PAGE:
Whitey Bulger is found dead in a federal prison
James “Whitey” Bulger, the notorious Boston gangster whose violent life of crime was portrayed in books and Hollywood films, was found dead in a federal prison in West Virginia early Tuesday.
That means he’ll never stand trial for the 1982 Miami murder of gambling executive John Callahan.
Although Bulger was convicted in Boston and was serving a federal life sentence for 11 murders, he was still technically facing an open murder charge in Miami-Dade state criminal court. State authorities would likely not have sought to try him in South Florida — a trial would have been costly to the taxpayers, and Bulger’s federal sentence was secure after he lost his appeals.
Bugler’s death Tuesday dredged up tough memories for Callahan’s widow and now-adult son and daughter. His widow, 78-year-old Mary Jane Callahan, said “there is no closure” with Bulger’s death.
“But he is facing a judge now that he can’t fool,” she told the Miami Herald.
Bulger, 89, had been serving his time at the Coleman federal prison in Sumterville. According to the Boston Globe, he had just been transferred to Hazelton federal prison in Bruceton Mills, and authorities are investigating another inmate with Mafia ties in the death.
“James ‘Whitey’ Bulger’s criminal activities were marked by the many corpses he and his associates left behind in car trunks, alleyways and empty fields. Apparently, a jury in Miami will never be determining his fate,” Miami-Dade State Attorney Katherine Fernandez Rundle said in a statement Tuesday.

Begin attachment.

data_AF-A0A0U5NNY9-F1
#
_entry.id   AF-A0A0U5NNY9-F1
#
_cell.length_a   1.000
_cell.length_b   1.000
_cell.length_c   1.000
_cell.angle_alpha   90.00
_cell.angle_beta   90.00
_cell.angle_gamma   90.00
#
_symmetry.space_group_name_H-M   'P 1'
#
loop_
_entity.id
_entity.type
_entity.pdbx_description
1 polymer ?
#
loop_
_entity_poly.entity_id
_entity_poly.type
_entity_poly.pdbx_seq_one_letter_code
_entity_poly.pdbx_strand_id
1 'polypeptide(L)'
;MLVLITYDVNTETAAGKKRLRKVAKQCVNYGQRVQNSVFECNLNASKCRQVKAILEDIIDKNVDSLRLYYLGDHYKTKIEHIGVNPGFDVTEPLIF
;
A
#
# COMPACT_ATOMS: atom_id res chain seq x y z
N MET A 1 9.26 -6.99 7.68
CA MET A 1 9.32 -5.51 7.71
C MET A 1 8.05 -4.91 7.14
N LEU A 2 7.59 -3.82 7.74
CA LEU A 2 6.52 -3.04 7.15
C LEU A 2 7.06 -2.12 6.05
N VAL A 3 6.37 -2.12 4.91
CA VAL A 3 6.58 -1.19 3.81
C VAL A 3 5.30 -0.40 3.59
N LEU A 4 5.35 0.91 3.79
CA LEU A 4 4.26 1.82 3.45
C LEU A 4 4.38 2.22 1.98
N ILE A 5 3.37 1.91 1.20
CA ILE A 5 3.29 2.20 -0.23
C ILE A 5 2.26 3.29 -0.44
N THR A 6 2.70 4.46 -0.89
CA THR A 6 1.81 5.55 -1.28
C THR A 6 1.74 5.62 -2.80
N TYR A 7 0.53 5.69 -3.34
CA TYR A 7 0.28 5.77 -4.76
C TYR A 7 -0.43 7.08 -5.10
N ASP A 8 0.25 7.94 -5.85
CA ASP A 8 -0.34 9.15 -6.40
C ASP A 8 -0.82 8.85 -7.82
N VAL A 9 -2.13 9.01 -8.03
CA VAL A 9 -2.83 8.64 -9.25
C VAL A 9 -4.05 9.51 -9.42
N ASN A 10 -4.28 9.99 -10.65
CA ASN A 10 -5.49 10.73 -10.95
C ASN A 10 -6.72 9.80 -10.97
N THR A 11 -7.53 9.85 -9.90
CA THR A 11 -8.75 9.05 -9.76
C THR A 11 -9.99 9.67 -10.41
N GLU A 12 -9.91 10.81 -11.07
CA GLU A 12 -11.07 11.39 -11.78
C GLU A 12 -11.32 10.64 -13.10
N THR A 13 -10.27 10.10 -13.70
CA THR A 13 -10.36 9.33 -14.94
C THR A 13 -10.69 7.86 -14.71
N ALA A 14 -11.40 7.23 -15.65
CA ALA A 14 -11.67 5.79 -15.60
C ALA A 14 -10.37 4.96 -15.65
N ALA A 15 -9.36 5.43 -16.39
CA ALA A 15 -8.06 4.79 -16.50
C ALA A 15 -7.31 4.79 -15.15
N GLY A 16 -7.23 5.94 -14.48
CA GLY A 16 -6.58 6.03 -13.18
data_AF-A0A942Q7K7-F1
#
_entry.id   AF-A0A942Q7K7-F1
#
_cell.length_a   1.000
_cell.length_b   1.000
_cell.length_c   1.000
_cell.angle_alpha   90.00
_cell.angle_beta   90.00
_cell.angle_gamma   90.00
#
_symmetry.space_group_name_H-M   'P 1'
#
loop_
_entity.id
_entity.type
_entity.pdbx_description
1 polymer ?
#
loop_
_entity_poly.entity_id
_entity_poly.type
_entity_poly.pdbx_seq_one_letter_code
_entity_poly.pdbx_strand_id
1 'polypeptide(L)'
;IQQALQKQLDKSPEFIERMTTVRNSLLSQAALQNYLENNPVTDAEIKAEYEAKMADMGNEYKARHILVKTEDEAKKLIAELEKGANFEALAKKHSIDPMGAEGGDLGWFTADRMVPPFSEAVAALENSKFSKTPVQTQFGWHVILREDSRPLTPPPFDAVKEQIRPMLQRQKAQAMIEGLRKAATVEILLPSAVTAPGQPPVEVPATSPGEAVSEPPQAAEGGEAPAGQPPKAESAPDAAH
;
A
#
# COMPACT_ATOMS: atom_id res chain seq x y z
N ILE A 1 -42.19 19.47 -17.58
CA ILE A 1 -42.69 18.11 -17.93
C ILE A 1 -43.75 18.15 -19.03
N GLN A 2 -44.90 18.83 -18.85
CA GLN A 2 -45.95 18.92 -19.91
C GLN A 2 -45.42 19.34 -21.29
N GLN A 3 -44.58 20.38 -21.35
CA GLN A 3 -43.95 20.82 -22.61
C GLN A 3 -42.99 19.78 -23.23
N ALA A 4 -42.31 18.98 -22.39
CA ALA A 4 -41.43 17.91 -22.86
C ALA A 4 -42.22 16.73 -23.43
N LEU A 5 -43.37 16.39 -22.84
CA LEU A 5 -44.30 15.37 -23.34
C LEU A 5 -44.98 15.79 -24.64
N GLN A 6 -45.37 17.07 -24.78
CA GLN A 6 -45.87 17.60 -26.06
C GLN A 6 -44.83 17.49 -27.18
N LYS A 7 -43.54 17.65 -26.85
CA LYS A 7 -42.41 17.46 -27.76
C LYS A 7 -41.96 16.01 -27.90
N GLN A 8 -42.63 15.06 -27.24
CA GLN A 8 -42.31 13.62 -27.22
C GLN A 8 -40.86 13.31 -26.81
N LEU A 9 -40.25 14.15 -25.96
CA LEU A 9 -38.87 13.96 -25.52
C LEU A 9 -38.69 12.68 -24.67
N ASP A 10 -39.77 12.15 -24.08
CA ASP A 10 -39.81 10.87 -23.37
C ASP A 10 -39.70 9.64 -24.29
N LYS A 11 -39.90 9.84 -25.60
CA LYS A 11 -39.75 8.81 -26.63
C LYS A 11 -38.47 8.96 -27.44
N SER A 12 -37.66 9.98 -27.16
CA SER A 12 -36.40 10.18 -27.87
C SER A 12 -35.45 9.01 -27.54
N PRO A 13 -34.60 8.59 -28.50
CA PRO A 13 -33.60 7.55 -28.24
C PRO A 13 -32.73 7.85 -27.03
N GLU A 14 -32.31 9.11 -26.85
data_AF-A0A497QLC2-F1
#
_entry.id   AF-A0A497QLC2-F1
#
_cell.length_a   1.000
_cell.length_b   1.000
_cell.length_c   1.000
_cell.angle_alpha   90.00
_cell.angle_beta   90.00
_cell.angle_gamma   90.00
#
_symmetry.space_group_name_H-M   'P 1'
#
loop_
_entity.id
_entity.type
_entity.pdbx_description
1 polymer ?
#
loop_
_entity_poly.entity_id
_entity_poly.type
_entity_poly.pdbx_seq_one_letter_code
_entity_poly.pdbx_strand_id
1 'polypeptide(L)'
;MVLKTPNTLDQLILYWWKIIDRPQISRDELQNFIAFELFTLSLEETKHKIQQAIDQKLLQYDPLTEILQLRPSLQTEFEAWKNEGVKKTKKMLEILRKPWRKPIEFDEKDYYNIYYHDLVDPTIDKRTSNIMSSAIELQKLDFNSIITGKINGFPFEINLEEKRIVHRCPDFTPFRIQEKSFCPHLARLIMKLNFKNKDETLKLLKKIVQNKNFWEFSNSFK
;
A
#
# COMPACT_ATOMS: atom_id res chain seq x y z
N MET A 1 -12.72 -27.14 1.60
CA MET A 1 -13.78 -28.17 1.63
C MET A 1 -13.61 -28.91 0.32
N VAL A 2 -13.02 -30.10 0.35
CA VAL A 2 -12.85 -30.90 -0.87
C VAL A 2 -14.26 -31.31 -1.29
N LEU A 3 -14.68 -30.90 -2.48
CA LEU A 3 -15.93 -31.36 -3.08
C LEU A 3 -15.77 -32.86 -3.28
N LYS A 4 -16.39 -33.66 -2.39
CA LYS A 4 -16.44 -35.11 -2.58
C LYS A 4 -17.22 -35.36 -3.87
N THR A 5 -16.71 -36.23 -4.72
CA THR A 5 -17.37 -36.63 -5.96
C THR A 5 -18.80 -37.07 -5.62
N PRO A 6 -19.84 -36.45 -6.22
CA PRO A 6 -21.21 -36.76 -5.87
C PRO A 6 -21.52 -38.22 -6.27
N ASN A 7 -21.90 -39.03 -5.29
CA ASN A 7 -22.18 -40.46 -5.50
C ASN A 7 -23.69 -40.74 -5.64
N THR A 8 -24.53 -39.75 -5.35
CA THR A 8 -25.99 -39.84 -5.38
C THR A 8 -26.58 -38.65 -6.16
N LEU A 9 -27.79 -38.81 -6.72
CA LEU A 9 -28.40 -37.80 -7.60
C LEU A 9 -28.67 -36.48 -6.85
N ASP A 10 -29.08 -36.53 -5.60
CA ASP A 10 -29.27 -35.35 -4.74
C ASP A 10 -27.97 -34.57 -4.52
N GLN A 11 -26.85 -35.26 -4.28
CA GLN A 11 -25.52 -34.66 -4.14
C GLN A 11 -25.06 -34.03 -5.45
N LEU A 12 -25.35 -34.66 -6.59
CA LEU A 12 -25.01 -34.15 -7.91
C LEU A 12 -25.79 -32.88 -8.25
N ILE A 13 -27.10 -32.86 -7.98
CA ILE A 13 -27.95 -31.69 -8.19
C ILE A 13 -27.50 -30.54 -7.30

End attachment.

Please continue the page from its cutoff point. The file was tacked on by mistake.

”His federal life sentence has been ended by someone he was with in prison. Although we never condone the taking of a life, his demise does close a dark chapter in Miami’s recent history.”
In Miami, state prosecutors say Bulger and his henchmen ordered the assassination of John Callahan, an executive at World Jai-Alai who had partnered with the gang to skim money from the operation in 1982. The gangsters were tipped off by Boston FBI Agent John Connolly, who told them Callahan might cooperate with authorities in the probe of an earlier mob murder.
The mobsters dispatched notorious hit man John Martorano to kill Callahan, leaving his corpse in a Cadillac trunk at Miami International Airport. During a riveting trial in Miami in 2008, a host of underworld figures testified against Connolly. That included Martorano — who has long since been released from prison.
Bulger had been Connolly’s informant but corrupted the FBI agent. Their twisted relationship became crime lore in Boston, and served as the loose basis for the 2006 movie “The Departed.” Johnny Depp played Bulger in “Black Mass,” a 2015 film about the gangster.
At the time of the Miami trial against Connolly, Bulger was still a fugitive. However, his presence loomed large throughout weeks of riveting testimony, said retired Miami-Dade Circuit Judge Stanford Blake, who tried the case.
Still, the Callahan family might have wanted to see him held accountable. “A trial would have been some solace to the families,” Blake said.
After 17 years on the lam, Bulger was captured outside Los Angeles in 2011 and sent to prison.
Miami jurors convicted Connolly of second-degree murder with a firearm, and he is serving a 40-year prison sentence in Florida. He has a possible parole release date of 2039.
With the Callahan probe officially over, his widow hopes FBI agents will finally return his personal belongings seized over three decades ago from his offices as part of the investigation. That includes a gold Rolex watch and his clothes.
Said Mary Jane Callahan: “He would have worn certain things at certain times and that brings back memories.”